– mdewey
    Mar 1, 2022 at 11:45
  • 1
    @WeatherVane ohh I see, I thought you were referring to the type of luggage called a trunk which was throwing me off. I comprehend now
    – Drake P
    Mar 1, 2022 at 15:43
  • 1
    For car travel, I often just toss things in the back seat unpacked. For my toothbrush, I have a ventilated case to put it in. And for any travel, I try to remember that almost anything can be bought after arrival.
    – WGroleau
    Mar 1, 2022 at 16:16

When driving, I don't pack wet/damp things except to get them to the car, instead spreading them out in the back.

But in general, it's far easier to have spares for travel that you bring back again. Then at least to go there you can pack dry; they may still be damp coming back. Toothbrushes especially are consumable and I keep a spare in my wash-bag, but hair brushes aren't expensive, and, while I'm not sure what you're referring to by "shower shoes", flip-flops* are often used for that and are the cheapest footwear you can buy. They also wear out, so getting a spare pair isn't even wasteful. In fact, having two of some things on the go can make each one last longer, as giving them the chance to dry out stops them spoiling.

To get clothing drier when at a hotel, try wrapping it in a towel belonging to the hotel, and trampling on the towel. This will help with the shower shoes, even if the towel is slightly damp before you start.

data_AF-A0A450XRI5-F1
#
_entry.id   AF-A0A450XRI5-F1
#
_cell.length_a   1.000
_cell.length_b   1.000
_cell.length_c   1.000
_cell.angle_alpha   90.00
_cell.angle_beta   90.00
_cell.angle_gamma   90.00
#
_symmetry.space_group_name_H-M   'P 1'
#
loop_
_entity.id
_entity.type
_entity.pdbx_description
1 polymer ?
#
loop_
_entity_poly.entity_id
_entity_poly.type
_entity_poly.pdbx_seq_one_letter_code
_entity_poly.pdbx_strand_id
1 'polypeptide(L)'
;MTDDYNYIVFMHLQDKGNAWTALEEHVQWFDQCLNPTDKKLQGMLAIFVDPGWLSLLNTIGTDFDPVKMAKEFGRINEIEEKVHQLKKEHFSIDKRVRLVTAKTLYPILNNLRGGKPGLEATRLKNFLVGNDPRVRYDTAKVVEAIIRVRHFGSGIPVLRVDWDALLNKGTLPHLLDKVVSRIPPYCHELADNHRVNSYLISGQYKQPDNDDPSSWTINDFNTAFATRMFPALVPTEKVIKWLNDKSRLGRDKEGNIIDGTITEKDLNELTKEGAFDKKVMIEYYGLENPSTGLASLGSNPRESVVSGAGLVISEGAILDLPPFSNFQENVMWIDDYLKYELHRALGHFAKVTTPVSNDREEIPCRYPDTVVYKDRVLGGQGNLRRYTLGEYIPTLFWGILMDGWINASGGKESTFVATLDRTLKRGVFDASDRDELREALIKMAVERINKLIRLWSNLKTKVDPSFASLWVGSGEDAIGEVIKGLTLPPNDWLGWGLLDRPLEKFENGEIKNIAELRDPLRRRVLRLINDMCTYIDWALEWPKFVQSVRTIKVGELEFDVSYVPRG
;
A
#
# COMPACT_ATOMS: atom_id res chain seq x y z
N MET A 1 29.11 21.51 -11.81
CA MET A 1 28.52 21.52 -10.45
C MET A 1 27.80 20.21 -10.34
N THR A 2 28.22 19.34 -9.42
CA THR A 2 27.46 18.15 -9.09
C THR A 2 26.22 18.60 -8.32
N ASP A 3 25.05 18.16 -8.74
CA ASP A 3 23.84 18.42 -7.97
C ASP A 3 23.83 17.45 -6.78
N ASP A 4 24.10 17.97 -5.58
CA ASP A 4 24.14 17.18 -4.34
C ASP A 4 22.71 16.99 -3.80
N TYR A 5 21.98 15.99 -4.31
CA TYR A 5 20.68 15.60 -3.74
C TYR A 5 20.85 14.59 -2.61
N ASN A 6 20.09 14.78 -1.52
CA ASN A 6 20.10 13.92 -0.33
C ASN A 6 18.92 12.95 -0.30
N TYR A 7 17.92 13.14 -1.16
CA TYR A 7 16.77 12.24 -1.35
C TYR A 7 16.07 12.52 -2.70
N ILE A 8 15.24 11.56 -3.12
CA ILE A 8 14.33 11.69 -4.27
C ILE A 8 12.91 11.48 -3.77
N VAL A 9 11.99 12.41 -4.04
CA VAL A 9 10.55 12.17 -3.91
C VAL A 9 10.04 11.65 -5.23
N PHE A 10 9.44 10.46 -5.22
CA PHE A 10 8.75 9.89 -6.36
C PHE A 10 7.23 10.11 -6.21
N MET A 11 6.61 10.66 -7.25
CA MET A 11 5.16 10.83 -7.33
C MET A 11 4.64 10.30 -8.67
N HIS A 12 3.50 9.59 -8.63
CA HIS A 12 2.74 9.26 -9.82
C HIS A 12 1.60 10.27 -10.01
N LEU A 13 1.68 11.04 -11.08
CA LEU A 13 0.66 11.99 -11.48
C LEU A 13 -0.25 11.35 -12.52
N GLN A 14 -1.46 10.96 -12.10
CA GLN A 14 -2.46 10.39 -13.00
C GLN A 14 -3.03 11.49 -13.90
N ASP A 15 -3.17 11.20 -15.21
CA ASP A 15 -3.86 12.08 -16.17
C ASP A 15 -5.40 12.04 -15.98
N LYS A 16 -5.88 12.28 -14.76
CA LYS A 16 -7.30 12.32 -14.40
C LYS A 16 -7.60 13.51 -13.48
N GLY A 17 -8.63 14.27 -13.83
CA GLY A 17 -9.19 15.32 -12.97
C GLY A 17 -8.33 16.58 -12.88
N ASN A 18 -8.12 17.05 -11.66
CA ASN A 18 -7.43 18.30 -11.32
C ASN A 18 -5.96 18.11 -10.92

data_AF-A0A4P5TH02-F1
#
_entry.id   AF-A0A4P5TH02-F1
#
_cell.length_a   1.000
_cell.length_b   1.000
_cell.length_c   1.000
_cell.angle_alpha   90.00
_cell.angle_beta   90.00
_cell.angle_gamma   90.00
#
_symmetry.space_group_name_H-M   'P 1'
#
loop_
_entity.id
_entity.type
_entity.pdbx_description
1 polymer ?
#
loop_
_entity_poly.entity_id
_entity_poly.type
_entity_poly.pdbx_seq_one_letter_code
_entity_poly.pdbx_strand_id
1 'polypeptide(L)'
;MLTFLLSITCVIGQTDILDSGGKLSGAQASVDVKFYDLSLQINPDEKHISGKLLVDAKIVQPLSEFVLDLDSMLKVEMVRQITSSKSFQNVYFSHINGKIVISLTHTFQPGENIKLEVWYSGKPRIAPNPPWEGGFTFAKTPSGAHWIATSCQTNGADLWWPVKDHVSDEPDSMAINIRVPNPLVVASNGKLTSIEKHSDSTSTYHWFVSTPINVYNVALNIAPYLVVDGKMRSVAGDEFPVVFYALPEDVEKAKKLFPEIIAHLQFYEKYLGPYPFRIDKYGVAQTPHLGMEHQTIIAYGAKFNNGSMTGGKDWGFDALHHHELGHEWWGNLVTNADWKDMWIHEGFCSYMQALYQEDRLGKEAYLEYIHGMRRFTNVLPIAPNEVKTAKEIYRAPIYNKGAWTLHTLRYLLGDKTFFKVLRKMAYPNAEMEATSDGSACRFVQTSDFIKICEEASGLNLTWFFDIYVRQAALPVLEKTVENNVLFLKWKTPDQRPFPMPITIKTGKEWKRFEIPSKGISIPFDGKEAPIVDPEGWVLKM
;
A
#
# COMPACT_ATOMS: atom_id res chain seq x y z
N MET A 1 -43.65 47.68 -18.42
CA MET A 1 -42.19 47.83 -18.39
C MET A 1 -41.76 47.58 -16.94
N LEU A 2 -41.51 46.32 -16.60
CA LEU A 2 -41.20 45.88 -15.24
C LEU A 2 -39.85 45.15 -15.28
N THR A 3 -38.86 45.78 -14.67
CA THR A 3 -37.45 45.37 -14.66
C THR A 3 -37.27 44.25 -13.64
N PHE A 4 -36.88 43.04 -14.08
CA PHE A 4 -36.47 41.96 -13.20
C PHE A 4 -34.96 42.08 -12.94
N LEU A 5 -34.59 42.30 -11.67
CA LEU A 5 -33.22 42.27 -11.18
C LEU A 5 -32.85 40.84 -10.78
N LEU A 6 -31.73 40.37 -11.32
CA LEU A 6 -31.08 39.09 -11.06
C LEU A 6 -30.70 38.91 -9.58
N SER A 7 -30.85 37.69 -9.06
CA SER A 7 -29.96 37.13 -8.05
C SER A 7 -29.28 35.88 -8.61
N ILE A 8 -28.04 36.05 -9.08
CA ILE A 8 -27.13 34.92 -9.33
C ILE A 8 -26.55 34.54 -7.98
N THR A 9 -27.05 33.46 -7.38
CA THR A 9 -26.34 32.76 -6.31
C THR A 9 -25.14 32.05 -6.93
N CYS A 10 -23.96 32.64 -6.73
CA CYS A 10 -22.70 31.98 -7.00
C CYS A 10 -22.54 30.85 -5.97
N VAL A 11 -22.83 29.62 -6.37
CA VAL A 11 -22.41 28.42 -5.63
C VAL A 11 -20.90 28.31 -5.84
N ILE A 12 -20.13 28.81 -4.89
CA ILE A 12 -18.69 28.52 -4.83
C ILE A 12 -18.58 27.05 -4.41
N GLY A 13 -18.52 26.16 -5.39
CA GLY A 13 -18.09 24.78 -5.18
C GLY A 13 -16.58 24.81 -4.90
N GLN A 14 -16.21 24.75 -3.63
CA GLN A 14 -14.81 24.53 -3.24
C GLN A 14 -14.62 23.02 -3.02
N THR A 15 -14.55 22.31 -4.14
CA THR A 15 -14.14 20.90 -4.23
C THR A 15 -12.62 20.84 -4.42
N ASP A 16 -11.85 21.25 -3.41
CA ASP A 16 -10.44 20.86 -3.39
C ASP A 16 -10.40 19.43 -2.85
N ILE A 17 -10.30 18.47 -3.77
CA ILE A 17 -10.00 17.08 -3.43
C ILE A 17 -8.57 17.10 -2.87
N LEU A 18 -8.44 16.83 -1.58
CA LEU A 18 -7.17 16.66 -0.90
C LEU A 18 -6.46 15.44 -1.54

* Also called jandals, thongs, etc.

  • 4
    I know that sustainability isn't the point of this SE, but just throwing away your toothbrush, hairbrush, and flip-flops after every night on your trip is just wasteful. Mar 1, 2022 at 14:25
  • 6
    @user2259438 who said anything about throwing it away? I didn't. Note I said "they may still be damp coming back" which should make it pretty clear Mar 1, 2022 at 14:31
  • 1
    ... In fact as I implied with the "getting a spare pair isn't even wasteful" it's clear I didn't mean your overall lifetime consumption would go up. Obviously I need to really emphasise the lack of waste. Mar 1, 2022 at 15:01
  • 3
    @NateEldredge No, but that's a fallback that comes naturally from this approach. Use one at home. Pack a clean dry one. It doesn't get gross on the way there. Keep it out and ventilated on the journey home (first para) and it won't get gross even if it's still wet when you leave. IME occasional journeys of a few hours wet aren't a problem anyway. Only if you have to pack it away tightly and it gets gross on the way home do you have to clean it, but that's OK because you've got one at home as well. Mar 1, 2022 at 15:30
  • 1
    ... BTW for toothbrushes specifically, give them a good rinse, then use a dishwasher if you have one Mar 1, 2022 at 15:30

Attach the wet items to the outside of your bag to dry. Use easy to attach and remove clips such as carabiners.

enter image description here (image source)

Larger items like shower shoes (flipflops/thong sandal) and maybe the hairbrush, can be attached individually. If your shower shoes have a wider, over-the-foot band that doesn't fit in a carabiner, use a strap to secure them. A band of hook and loop tape (the kind with the hooks and loops on opposite sides of the same strip) will work for this, or tie loop at either end of a short piece of rope, and attach the loops with a carabiner.

enter image description here (image source)